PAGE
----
On March 7, 2017, I attended a gallery exposition called “(In) Voluntary Memories,” at Llewellyn Gallery. All collections were created by Alysia Kaplan, who is an interdisciplinary artist based in Rochester, NY. In the gallery, there were four pieces of art work. According to Kaplan’s website, when she creates art work, she does not have a specific subject or reason at the time. She finds and builds up the subject and meaning of the art while she is creating, or after the art finished. As the title of this gallery said, these works express Kaplan’s memory. However, her art does not just show her memory, but also reminds people of their own memories.
Each of her photos and movie is concrete, but her whole art work seems abstract. Because there is no correct interpretation for abstract art, viewers can enjoy her work freely and can determine what to feel and think about the work. Even though her art work is montage, her work has harmony. For example, the above image is composed of six different images. Each photo is arranged to be the same size. The subject and color do not seem to have coherency, but this lack of coherence expresses what the memory is. When people look back at their memories, they will remember the memories in fragments.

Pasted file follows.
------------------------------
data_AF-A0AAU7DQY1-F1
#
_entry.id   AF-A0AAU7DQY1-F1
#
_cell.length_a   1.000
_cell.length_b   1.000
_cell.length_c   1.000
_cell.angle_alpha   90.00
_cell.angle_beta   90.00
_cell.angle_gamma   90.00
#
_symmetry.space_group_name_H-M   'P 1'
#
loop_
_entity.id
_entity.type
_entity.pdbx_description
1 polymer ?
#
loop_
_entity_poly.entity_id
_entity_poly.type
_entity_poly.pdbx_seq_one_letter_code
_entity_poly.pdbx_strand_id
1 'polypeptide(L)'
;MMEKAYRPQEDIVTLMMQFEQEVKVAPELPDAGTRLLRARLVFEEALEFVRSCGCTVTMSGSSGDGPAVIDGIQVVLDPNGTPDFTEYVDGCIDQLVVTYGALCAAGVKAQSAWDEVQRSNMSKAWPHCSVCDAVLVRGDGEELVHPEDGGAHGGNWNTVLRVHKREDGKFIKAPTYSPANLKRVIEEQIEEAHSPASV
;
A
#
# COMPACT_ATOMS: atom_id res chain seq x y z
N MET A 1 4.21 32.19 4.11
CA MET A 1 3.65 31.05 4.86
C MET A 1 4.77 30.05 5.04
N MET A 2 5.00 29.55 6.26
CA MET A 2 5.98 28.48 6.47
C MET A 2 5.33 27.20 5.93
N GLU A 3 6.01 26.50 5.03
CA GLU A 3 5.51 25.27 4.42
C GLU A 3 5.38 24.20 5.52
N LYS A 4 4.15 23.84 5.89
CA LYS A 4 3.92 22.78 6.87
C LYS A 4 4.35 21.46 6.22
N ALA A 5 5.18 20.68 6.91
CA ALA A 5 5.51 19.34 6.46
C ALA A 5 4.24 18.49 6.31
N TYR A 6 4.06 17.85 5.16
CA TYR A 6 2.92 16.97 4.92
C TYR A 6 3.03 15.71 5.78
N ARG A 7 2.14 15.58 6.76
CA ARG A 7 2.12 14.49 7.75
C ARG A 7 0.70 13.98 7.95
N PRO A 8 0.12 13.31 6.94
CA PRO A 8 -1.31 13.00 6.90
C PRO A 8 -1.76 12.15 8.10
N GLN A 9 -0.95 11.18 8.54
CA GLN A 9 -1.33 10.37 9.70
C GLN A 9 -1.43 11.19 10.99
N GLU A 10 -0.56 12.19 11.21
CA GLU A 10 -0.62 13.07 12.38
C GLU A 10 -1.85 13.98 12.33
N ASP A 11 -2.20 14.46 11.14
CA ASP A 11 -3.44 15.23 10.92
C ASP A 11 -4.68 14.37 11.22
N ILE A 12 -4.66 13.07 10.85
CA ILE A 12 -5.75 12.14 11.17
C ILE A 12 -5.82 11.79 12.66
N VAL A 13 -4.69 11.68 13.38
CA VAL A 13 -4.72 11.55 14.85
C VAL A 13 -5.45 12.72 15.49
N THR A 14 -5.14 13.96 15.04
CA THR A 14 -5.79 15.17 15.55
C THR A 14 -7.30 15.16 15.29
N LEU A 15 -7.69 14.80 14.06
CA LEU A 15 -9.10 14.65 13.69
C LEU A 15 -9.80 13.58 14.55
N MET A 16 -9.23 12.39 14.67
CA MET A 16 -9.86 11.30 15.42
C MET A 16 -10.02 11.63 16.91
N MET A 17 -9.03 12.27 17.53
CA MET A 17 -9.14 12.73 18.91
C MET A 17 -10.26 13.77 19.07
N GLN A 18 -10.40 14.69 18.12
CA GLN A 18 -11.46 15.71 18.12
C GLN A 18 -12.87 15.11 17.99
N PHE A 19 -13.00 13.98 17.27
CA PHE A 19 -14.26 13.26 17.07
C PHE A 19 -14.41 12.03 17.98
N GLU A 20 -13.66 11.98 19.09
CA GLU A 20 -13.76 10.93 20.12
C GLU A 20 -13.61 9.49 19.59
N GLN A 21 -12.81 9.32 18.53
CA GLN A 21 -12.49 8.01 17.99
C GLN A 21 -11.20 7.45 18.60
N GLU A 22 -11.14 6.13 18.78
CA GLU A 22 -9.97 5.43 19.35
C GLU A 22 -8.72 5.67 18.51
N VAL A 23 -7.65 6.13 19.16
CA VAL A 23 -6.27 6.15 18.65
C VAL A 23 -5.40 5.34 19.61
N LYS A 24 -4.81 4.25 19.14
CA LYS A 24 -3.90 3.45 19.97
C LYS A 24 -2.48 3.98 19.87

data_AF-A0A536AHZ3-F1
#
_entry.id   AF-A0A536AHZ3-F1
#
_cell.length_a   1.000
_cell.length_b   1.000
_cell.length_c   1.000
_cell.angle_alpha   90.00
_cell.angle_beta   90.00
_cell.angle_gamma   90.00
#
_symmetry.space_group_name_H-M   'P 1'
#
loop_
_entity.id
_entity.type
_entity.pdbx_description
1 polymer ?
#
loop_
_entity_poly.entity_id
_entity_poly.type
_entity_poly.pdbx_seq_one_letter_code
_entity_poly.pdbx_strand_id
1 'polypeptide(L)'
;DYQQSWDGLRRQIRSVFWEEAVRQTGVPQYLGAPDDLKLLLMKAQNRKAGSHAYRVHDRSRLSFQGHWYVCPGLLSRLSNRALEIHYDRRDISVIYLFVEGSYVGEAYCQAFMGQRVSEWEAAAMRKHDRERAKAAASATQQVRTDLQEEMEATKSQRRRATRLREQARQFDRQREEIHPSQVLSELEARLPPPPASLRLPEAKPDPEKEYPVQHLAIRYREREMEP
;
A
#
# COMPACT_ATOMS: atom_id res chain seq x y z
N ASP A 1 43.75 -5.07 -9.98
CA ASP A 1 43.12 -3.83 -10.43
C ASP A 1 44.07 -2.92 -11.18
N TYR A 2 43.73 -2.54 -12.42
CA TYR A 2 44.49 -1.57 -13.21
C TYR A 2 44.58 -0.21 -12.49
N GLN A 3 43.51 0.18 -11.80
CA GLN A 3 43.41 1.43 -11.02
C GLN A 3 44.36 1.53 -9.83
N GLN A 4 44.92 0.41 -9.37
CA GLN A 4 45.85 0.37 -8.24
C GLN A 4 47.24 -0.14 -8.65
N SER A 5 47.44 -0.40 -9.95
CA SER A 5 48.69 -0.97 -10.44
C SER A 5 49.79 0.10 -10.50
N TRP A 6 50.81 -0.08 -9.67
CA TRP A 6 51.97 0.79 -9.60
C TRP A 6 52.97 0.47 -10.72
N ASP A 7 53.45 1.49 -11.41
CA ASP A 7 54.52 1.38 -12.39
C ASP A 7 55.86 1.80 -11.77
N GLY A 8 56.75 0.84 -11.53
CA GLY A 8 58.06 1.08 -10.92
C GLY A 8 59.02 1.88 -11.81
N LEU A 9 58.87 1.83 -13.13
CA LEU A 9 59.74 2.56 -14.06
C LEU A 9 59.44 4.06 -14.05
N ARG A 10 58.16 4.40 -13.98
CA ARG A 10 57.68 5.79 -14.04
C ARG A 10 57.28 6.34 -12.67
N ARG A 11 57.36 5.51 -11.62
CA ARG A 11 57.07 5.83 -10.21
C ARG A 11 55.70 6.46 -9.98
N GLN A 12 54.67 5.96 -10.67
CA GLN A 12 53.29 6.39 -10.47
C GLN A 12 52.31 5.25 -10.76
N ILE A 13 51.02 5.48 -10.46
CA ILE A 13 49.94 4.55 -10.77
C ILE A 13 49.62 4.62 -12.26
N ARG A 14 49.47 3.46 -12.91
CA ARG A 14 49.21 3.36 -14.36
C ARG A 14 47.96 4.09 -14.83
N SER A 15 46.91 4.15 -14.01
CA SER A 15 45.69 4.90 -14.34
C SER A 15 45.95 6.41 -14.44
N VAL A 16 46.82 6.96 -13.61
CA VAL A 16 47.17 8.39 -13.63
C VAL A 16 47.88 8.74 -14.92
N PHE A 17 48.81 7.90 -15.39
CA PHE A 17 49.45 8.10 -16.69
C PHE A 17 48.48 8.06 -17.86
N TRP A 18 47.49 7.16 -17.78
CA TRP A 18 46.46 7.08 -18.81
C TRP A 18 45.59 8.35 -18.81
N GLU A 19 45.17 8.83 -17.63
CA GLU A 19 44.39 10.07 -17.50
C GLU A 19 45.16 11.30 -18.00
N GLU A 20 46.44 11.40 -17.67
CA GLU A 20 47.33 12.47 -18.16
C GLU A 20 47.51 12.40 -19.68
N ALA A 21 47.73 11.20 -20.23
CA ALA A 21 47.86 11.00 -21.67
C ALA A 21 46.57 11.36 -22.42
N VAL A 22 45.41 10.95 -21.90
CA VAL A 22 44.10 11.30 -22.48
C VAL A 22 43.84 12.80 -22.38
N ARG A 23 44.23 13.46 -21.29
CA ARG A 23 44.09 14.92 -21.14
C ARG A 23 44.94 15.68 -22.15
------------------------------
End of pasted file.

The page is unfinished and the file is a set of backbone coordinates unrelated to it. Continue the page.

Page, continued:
Her video art work also expresses what memory is. Her video is mostly consisted of gray scale videos. Even though the video has no sound, it was easy to imagine the sound of the video. Her video is montage. It is about a scene of daily life, a landscape, and funeral. When I was watching this video, I could hear people talking, the sound of wind, and the sound of the gate opening.
This gallery is about Kaplan’s memory. If people see her work at a glance, it will seem to have no meaning. However, if people take time and see her work for a while, her art will remind them their own memories. I think her gallery display itself shows what memory is.